The future of an iconic statue looks bright after a conservation specialist was brought in to make it beautiful again.

The William Forster statue is currently being examined to see how much work might be needed to bring it back to its former glory.

The statue of the renowned education pioneer has been kept in storage since being removed from its location in Forster Square, Bradford, nine years ago.

But the plan is for it to be restored to its former glory in readiness for being installed close to one of the main entrances of the new Westfield shopping centre.

It will face the shopping centre once it is built and will be seen against the backdrop of St Peter’s House as people leave Westfield and head towards Little Germany.

Bradford Council leader Councillor David Green spoke of the statue’s importance to the city.

He said: “We are all looking forward to seeing the William Forster statue see daylight again. We have brought in a conservation specialist to ensure the statue is kept in good condition. It is a very important landmark for the city and holds a special place in the hearts of many Bradfordians.”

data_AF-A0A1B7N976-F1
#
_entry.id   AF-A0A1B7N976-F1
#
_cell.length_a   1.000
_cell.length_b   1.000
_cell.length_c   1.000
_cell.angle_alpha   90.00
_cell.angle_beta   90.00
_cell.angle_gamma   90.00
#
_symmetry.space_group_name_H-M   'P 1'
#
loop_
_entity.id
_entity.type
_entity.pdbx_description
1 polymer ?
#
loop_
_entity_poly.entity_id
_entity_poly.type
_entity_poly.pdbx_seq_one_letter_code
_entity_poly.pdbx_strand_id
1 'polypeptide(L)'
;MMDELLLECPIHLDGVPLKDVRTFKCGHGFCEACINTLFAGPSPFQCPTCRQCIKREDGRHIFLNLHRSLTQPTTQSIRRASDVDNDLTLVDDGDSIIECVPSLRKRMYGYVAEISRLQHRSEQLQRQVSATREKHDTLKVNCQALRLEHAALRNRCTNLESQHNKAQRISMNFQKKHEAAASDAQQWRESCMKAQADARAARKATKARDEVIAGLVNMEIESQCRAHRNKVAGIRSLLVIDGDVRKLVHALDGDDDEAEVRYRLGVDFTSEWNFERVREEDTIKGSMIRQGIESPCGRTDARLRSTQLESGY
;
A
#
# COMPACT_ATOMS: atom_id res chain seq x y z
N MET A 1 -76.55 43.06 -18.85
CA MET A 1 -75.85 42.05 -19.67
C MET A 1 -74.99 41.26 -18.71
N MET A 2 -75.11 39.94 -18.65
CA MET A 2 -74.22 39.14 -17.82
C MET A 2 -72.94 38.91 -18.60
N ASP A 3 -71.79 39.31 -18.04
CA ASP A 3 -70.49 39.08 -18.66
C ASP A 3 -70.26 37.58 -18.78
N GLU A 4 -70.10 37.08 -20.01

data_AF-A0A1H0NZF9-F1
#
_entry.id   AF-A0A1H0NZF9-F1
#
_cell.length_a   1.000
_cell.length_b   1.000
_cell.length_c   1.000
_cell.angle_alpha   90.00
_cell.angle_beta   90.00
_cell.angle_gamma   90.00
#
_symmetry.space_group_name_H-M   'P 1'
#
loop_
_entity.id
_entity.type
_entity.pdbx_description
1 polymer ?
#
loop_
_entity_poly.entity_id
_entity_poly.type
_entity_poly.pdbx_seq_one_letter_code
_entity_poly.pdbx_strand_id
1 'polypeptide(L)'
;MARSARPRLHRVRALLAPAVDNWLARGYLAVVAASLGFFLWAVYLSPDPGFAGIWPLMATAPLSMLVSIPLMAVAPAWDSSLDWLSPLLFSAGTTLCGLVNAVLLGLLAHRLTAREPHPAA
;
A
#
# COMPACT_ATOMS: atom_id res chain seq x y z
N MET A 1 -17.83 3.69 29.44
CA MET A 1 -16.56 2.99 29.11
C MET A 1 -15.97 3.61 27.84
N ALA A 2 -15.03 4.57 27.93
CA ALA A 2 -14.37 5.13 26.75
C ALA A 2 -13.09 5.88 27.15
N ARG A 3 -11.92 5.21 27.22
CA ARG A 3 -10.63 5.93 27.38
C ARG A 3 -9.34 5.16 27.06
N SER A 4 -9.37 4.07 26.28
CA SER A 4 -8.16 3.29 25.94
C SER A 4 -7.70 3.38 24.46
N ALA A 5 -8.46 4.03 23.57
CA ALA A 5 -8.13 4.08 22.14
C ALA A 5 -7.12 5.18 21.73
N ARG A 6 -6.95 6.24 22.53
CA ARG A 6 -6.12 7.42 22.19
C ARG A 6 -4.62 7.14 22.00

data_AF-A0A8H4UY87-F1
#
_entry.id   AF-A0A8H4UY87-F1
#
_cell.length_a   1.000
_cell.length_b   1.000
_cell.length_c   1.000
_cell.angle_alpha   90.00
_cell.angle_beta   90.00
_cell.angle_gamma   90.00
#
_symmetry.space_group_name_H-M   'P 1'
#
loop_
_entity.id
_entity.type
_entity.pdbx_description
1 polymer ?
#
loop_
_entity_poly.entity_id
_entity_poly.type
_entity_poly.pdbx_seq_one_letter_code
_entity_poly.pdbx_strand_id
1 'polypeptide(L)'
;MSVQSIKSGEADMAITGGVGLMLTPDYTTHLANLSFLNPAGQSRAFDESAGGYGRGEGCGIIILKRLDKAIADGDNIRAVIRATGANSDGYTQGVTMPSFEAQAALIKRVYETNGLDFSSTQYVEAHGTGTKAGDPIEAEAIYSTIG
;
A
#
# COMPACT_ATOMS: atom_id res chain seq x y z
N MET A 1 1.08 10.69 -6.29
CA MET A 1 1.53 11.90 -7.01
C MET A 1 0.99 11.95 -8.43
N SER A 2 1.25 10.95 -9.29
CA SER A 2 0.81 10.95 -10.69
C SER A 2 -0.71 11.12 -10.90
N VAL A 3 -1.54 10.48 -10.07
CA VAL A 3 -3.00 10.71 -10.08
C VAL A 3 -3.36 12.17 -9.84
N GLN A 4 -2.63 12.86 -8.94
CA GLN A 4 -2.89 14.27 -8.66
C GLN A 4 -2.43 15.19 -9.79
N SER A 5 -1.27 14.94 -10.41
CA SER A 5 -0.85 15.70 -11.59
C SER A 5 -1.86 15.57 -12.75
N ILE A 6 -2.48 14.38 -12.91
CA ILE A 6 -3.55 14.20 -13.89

William Forster was born in Dorset, but made a name for himself in the woollen manufacturing industry in Bradford, where he also became an MP.

Before becoming an MP he had set up an elected Board of Health in Burley-in-Wharfedale, which led to many sanitary improvements for the village. A successful industrialist, his partnership with William Fison began in Bradford where they created a successful worsted manufacturing business.

They came to Greenholme in 1850 and Forster and his wife Jane made their home in Burley.

He was largely responsible for the 1870 Elementary Education Act, which was the first National Education Act in this country.

A dedication ceremony was held in October last year for a new headstone at God’s Acre cemetery in Burley where Forster is buried.

The original headstone on the grave was made of Carrara marble, but had weathered badly and disintegrated. Descendants of Forster’s four adopted children were among those who contributed to the fund for the new granite headstone.